DEATH - PUNISHMENT.
TO THE EDITOR OF THE SPECTATOR.
Glasgow. 7th January 1842.
Sin—I observe in last Spectator a letter on Death-punishment, signed M. B. SAMPSON, abounding in a greater degree of confusion both of fact and argu- ment than any thing which has come under my notice for a long time. The writer insists upon the coincidence of the homicidal with the suicidal tendency ; a which," he says, "almost invariably accompany each other." Now 1 beg leave to say, in short, that this is not true ; and offer your correspondent a very simple test by which he may satisfy himself of its incorrectness. Let him enumerate the cases of suicide, instead of murder, which occurred between 1800 and 1835; and if he does not find that the vast majority of poor creatures guilty of self-destruction were totally innocent of violence to anybody but themselves, then let him repeat the assertion I have contradicted. He found that in thirty-one cases of murder, during the above period, two were followed by the suicide of the murderers; and this is one of his evidences that " the punishment of death, by ministering to the suicidal propensity, operates as a stimulant to the perpetration of the very crime it is intended to repress,"--a very Irish conclusion, truly. Why, it would be more logical and much better sense, to say that in these cases the crime of murder ministered to the "suici- dal propensity "- ergo, let us seek to repress the evil passions which lead to the commission of the former crime, and not, in the mean time, to abolish death- punishment, which has nothing to do here,—unless we choose to say (and which we may with propriety) that the horror of an ignominious fate, consequent on his crime, in many cases drives the murderer to self-destruction, that he may escape that ignominy. As another proof of his main proposition, your corre- spondent tells us that "homicides frequently give themselves up to justice, ex- pressing at the same time a desire to be hanged." No doubt of it. But is there no principle in human nature more apparent to account for this than the suicidal propensity ? With equal propriety, however opposite the cases, Mr. SAMPSON may any that the prayer of a good man to be taken to a Letter world is indicative of that propensity. The only cases which seem to favour his opinion—such as the woman at Onolbach, who murdered a girl with whom she was on the best terms, merely because she wished to die—are cases of manifest insanity ; which no one disposed to a candid consideration of the utility or in- utility of death-punishment would ever think of dragging into discussion. Your correspondent favours us also with an opinion of Dr. JAMES Jonwson, to the effect that " there are many instances on record where the monomaniac lacks courage to commit suicide, or cannot make up his mind as to the means of accomplishing it ; under which circumstances they have committed capital crimes with the view of being capitally punished." Mr. SAMPSON is perhaps not amenable for the construction of' this sentence ; but to argue from it against the propriety of death-punishment, is just about as valid as if one were to say, There are many desirous of a passage to Botany Bay, but who, lacking 'the means to carry them thither, commit crimes punishable by transportation, with the view of being conveyed at their country's expense; consequently, the punishment of transportation ought to be abolished. In the last paragraph of his letter, Mr. SAMPSON avers that " the coinci- dence of the suicidal with the homicidal propensity is not an accidental circum- stance, but one that arises from some natural law of the human constitution." Well, Sir, do either his facts or his arguments support this assertion ?—Quite the reverse, as it appears to me. You did me the honour some time ago of appending critical remarks to a few observations of mine on the necessity for death-punishment. However desirous I may be of coming to the same opinion on that subject with the writer upon whom I have just animadverted, it must be on grounds very dif- ferent from those be at present occupies.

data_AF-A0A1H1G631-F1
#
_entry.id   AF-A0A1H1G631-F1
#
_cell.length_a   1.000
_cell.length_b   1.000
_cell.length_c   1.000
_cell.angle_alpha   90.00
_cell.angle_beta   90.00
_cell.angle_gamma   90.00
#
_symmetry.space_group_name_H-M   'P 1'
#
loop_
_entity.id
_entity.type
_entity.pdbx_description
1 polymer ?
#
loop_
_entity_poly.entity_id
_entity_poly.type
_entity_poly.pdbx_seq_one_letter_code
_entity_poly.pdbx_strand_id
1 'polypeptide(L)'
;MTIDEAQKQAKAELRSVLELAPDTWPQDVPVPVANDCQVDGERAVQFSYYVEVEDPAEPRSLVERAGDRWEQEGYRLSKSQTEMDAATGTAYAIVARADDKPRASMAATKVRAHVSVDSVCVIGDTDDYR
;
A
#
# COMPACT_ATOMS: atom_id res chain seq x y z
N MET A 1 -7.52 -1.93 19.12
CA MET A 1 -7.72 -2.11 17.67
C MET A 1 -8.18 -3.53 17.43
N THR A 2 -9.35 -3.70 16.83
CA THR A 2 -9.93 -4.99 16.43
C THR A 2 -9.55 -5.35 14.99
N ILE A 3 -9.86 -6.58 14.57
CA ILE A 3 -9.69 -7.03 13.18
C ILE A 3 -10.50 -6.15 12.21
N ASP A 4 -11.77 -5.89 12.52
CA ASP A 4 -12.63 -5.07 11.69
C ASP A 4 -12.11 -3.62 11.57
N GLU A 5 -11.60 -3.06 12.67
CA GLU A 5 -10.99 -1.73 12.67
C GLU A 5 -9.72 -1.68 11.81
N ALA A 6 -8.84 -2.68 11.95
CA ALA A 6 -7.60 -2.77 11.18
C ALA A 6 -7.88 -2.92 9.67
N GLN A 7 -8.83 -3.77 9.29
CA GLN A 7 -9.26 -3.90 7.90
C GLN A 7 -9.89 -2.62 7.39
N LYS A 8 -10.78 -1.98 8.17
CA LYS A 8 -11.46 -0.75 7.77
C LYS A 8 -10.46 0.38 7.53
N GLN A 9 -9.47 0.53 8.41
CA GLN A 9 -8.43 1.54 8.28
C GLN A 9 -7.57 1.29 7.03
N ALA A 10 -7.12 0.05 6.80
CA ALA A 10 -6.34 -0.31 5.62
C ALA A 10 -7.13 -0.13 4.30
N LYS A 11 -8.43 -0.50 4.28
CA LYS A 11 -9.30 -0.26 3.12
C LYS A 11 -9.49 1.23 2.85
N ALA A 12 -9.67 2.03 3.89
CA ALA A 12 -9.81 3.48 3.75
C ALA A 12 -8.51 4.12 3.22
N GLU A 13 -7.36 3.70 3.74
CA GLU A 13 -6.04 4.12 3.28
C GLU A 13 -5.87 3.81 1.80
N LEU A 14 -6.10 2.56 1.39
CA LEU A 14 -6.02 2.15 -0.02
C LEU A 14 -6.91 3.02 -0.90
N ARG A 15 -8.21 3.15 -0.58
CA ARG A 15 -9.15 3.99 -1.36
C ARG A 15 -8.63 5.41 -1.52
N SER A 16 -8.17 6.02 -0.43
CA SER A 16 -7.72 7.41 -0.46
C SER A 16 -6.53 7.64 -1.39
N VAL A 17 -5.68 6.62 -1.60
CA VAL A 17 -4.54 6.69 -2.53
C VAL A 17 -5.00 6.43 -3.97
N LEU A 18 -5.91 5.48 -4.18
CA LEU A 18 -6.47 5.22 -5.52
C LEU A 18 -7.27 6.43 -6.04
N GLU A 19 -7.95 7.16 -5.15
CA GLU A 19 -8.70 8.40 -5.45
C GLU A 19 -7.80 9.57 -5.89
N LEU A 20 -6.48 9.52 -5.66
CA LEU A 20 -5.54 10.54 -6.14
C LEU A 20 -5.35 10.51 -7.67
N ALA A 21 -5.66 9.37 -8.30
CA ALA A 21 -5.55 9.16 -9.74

I remain, Sir, very respectfully yours, W. MILL.